I always think that the late J.P. Brooke-Little said it best, in the introduction to his An Heraldic Alphabet:
You can study heraldry until you are azure ... in the face but inevitably discover, from time to time, that you really are quite vert.... I have found this over and over again but, never forget, herein lies the fun and if heraldry ever ceases to be fun- chuck it.
It is a truism which I find myself reminded of from time to time, and just the other day was another one of those times.
I'm in the middle of completing a big project which I am doing in order to better do another big project. (More about that second project another time, perhaps.) This project involves compiling the blazons of coats of arms from Florence into a single, and thus for me more easily usable, document.
The sources I am using consist of a book of blazons of Florentine heraldry in English done about 1900, a photo-reproduction of an old Florentine armorial with no blazons, and a compilation of several Florentine armorials with the blazons done in French. So as you can see, a diverse set of books!
Copying the English blazons into my document was pretty easy; converting it to Word from .pdf and then cleaning up the formatting and the places where it didn't recognize, or misrecognized, a word was comparatively simple. I expect that between my familiarity with blazon terms in English and general familiarity with many French blazons, I shouldn't have too much difficulty in translating those blazons from French to English, with occasional resort to a French heraldic dictionary and my pocket French-English dictionary.
It's the other book, of pictures of the pages of an old Florentine armorial but without any blazons, that taught me once again that I still have so much to learn about heraldry. In the course of going through that armorial page by page, I ran across several coats of arms with a charge I do not recall ever having seen before. This charge:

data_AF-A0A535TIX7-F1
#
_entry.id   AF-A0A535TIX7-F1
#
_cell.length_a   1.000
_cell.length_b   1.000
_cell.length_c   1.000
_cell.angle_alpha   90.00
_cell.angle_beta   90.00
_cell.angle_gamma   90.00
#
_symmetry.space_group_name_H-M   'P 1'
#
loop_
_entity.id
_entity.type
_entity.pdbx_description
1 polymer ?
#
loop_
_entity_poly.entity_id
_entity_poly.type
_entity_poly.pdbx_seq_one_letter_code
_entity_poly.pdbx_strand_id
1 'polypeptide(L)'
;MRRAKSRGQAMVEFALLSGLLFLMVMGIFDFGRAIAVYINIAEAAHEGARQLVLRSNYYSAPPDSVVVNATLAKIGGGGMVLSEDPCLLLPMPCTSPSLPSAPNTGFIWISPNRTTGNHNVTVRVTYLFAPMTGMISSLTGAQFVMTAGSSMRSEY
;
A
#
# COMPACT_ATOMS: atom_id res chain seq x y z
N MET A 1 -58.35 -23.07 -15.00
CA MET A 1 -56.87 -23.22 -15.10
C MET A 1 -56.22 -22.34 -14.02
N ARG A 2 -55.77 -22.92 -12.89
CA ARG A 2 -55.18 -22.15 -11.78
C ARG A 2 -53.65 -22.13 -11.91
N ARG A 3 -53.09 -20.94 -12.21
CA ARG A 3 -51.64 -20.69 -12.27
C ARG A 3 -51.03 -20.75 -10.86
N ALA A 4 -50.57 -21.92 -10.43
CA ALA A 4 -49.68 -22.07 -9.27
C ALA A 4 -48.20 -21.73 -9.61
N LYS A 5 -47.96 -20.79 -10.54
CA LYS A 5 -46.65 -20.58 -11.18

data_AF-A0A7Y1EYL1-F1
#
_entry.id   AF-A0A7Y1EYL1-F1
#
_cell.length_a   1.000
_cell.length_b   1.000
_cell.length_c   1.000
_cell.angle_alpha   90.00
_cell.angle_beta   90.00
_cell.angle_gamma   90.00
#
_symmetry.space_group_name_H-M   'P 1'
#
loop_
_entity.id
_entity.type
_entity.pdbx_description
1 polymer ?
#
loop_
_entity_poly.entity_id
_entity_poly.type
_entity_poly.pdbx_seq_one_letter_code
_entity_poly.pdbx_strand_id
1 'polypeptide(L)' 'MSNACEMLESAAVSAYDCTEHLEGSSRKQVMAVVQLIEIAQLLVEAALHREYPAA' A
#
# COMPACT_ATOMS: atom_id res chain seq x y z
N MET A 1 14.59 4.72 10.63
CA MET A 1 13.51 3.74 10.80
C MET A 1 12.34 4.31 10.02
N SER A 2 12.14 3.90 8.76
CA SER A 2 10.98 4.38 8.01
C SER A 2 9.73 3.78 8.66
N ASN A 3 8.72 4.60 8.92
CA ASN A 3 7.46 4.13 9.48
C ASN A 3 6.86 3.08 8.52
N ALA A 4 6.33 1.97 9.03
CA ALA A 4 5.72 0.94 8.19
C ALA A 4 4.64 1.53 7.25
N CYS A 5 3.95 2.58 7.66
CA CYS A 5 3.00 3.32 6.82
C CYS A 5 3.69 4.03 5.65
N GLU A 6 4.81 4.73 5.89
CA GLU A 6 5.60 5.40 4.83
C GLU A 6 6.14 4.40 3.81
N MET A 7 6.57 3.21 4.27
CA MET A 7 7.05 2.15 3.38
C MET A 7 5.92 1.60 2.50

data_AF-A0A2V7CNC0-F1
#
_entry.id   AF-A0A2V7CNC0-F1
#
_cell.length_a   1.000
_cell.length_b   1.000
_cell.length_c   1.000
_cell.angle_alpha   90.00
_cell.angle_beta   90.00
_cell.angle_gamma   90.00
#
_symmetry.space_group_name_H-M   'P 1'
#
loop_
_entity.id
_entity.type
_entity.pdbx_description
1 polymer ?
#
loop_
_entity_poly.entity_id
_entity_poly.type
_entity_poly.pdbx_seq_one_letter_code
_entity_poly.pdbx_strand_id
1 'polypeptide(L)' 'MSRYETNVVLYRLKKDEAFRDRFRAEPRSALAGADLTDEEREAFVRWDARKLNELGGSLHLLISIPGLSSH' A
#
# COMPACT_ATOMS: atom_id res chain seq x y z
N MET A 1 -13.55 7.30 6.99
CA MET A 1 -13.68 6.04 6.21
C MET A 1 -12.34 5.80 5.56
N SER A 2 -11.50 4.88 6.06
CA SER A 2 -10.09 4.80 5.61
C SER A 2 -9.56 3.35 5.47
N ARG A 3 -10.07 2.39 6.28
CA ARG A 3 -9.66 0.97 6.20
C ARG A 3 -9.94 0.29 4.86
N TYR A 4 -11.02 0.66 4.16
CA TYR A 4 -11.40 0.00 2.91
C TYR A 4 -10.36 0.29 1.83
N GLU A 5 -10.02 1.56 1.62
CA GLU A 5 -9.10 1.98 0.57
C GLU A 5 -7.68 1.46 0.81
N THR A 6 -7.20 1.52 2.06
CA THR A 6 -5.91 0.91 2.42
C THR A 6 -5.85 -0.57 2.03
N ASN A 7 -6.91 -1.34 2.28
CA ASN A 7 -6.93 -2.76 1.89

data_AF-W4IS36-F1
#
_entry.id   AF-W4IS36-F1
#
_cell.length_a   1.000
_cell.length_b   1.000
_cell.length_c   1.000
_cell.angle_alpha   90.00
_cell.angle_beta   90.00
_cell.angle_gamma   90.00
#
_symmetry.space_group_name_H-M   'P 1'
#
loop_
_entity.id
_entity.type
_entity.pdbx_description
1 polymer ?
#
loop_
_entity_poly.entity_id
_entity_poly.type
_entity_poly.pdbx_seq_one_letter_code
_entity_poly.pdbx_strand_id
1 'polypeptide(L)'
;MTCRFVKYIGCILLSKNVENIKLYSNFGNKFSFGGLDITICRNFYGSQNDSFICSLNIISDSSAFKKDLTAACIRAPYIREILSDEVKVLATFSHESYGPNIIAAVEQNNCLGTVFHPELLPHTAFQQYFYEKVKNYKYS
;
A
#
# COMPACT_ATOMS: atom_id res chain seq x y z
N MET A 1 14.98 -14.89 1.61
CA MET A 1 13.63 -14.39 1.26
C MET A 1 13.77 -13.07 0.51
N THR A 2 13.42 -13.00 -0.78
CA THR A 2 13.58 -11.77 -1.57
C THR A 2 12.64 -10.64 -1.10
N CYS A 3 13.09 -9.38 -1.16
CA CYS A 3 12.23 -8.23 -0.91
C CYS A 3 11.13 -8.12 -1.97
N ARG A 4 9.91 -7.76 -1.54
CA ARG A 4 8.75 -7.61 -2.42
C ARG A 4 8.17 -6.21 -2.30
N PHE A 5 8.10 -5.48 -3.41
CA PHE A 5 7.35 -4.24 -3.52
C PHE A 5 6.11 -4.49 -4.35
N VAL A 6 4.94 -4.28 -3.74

I didn't really want to flip through the entire Italian dictionary of heraldry that I have in the hopes of eventually finding a drawing of this charge, or at least something very similar. But then I thought, "maybe these same arms appear somewhere in the French book of Florentine heraldry. I wonder how they are blazoned there."
So I starting searching the index for the names and then looking up the blazons of the arms, and found this charge blazoned as a roue déjantée, which the on-line Bing translator (the word déjantée doesn't appear in my French-English dictionary) translated into English as a “crazy wheel.” Looking up "wheel" in my English-Italian dictionary gave me the word ruota, and looking under ruota in my Italian heraldic dictionary finally allowed me to identify this charge. It is a ruota di mulino: “É la ruota a pale, che veniva un tempo utilizzata dai mulini ad acqua.” (Dizionario di Araldica, di Valfrei, p. 173) It is a mill wheel (not to be confused with a mill stone!): “It is the paddle wheel, which was used once by the water mills."
So there you have it! A not-terribly-long, but involved, search through a number of books in three different languages, and success! I now feel slightly more azure in the face, and a little less vert. But it is just this sort of thing that keeps heraldry fun for me!
How about you?